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Comment: Re:Sigh (Score 4, Informative) 212

Reality...

http://talkingpointsmemo.com/l...

The House Ethics Committee has quietly done away with the requirement that lawmakers disclose their all-expense-paid trips on annual financial forms, National Journal reported on Monday.

Trips paid for by private groups are now no longer required to be noted on annual financial-disclosure forms filed by Congress members, according to the Journal. The move was never announced publicly; the Journal said that it discovered the change in a review of the disclosure filings.

Comment: Re:That ship has already sailed. (Score 1) 98

by jbolden (#47759649) Attached to: IBM Gearing Up Mega Power 8 Servers For October Launch

Welcome to the "Web 2.0" world, which is where the volume is these days, and consequently most of the money.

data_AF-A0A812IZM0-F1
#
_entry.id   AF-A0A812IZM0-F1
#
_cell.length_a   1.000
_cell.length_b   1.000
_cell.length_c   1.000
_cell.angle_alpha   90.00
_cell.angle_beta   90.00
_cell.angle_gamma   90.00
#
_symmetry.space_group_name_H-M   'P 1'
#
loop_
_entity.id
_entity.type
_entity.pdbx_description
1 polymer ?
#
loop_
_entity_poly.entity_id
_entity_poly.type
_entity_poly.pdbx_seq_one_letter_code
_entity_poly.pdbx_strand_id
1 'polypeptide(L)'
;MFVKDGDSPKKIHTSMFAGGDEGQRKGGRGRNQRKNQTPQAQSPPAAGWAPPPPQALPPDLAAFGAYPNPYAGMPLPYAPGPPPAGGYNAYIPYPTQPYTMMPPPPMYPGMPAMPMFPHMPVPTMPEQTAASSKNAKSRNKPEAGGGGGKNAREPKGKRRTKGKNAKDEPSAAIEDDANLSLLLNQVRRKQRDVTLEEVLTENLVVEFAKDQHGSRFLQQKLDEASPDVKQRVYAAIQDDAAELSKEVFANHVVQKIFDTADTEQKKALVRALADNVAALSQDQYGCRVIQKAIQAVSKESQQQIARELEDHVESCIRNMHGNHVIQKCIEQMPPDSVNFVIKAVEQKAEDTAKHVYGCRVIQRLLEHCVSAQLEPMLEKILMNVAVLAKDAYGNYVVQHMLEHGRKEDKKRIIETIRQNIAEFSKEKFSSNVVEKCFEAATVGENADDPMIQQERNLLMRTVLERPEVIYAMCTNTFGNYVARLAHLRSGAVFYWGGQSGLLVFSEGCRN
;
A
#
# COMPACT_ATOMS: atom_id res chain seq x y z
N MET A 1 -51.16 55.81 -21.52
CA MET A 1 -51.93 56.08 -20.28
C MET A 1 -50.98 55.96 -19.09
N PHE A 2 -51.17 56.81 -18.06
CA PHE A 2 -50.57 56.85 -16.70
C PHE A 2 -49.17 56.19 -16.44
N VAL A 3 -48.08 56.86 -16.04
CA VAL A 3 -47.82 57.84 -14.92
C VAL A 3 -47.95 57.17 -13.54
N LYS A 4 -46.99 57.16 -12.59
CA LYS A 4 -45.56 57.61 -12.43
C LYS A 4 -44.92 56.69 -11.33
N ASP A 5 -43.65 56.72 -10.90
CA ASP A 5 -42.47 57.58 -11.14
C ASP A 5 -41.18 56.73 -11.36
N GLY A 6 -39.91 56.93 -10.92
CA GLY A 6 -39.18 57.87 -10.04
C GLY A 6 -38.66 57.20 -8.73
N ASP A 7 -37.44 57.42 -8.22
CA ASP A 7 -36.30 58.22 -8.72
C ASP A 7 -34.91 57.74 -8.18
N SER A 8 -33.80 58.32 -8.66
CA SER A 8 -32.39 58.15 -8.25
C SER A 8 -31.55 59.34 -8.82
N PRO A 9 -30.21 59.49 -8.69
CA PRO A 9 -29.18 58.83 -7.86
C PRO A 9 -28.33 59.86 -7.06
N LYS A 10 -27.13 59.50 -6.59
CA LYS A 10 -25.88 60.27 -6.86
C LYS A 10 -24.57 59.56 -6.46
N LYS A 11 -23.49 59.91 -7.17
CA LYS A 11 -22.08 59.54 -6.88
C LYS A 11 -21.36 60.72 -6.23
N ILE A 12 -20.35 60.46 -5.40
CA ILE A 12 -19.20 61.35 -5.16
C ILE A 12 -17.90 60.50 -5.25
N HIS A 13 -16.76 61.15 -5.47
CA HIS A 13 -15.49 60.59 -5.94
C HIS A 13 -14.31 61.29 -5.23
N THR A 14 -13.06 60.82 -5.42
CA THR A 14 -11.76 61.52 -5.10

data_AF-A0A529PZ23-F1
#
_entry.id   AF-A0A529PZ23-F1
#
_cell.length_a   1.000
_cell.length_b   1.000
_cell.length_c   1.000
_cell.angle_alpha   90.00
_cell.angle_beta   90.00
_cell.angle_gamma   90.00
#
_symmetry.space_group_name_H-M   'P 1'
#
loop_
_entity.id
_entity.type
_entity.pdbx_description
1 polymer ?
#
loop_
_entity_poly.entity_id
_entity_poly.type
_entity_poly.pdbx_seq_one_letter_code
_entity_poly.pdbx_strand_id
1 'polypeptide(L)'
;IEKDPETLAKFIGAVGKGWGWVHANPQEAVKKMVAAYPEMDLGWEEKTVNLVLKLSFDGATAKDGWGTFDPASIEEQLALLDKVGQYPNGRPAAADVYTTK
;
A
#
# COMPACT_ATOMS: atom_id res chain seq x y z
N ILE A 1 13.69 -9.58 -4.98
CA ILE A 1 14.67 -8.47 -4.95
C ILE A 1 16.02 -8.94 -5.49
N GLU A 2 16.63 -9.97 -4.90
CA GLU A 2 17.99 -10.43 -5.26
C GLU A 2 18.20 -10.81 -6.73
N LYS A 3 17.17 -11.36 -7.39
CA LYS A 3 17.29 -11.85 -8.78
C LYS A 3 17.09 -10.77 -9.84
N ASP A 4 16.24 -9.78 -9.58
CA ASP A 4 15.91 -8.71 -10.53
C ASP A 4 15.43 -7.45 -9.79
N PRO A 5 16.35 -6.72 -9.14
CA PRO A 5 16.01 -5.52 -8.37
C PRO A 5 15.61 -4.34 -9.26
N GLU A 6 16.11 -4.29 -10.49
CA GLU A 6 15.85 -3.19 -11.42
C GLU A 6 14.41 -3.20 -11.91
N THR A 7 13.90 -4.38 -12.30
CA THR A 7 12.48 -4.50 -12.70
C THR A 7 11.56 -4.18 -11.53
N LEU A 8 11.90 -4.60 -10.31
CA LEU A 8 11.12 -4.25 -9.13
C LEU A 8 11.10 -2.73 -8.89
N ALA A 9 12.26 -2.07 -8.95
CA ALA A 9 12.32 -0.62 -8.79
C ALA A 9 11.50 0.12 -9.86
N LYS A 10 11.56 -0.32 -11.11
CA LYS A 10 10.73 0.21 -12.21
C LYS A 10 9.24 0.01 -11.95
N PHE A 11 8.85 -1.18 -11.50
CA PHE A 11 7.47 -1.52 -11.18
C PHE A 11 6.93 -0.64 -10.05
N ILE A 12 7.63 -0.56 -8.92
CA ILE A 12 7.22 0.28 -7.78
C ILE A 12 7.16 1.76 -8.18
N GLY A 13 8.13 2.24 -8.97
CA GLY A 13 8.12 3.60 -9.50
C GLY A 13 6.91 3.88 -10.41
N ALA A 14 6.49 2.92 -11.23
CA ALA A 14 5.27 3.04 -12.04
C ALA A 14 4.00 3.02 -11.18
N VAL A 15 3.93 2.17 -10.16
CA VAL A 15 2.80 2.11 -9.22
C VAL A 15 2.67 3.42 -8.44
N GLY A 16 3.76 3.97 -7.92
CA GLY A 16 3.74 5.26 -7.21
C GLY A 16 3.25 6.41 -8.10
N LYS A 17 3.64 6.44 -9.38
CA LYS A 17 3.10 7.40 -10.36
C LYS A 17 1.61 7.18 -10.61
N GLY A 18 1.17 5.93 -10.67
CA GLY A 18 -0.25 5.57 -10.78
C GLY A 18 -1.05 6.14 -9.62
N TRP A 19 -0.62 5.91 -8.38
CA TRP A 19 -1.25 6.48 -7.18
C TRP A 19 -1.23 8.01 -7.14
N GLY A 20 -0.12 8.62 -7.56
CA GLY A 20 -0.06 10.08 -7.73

IBM makes 85% of their money from fortune 100. From there it falls off fast. The money and especially the margin is at the top.

If one cannot order it cheaply and easily on the web ala Amazon shopping experience, who is going to bother to go through a reseller? That was the model 40 years ago! Kids today do not bother

What kid gets to pick the hardware infrastructure for his company of any size?

Why would I pay the vendor or the reseller higher prices when I can automate hundreds of thousands of servers on x86, in a lights out management datacenters across the globe, to the point of throwaway systems?

The prices aren't higher and the system outperforms thus lowering total cost. This is the whole "why quality saves money" issue that comes up in every industry.

Comment: Re:That ship has already sailed. (Score 1) 98

by jbolden (#47759051) Attached to: IBM Gearing Up Mega Power 8 Servers For October Launch

Please provide links with pricing.

IBM doesn't do that. They should be more transparent but they aren't. They want you ordering through a partner or for larger customers through the sales channel. There is some pricing on the website but the real prices are 20-30% lower.

DELL has become expensive as well. For the price of one DELL server one can easily put together two or three blackbox servers, from motherboard to chassis, made 100% by intel.